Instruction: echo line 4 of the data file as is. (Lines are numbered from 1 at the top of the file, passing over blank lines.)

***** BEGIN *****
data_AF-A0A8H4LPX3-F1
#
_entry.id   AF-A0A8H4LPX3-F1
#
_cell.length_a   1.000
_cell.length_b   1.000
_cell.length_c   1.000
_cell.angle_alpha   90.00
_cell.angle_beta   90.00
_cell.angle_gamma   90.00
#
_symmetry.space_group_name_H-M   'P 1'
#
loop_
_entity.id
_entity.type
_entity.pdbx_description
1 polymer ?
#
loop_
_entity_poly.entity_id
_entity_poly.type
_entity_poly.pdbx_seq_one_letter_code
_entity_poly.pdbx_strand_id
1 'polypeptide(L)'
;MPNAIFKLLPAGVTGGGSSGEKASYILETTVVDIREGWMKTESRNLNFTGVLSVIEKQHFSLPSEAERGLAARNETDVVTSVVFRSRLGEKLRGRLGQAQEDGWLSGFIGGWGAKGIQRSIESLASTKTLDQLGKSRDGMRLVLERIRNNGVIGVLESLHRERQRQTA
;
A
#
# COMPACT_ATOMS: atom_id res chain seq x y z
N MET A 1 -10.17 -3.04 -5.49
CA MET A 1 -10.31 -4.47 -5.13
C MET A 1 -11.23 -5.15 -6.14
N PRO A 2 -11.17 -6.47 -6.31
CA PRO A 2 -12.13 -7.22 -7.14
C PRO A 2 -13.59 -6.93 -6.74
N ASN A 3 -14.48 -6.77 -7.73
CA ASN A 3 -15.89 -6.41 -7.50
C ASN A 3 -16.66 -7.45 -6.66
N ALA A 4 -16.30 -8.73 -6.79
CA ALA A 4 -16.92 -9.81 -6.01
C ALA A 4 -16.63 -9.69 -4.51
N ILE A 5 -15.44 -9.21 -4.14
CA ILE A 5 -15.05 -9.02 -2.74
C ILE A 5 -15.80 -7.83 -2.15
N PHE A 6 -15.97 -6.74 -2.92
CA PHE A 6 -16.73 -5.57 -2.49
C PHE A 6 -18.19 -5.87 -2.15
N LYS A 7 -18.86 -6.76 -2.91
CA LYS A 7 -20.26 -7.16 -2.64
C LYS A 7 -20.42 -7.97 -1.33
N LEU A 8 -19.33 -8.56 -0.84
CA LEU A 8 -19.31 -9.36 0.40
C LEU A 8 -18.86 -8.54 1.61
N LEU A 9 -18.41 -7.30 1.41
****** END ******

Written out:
#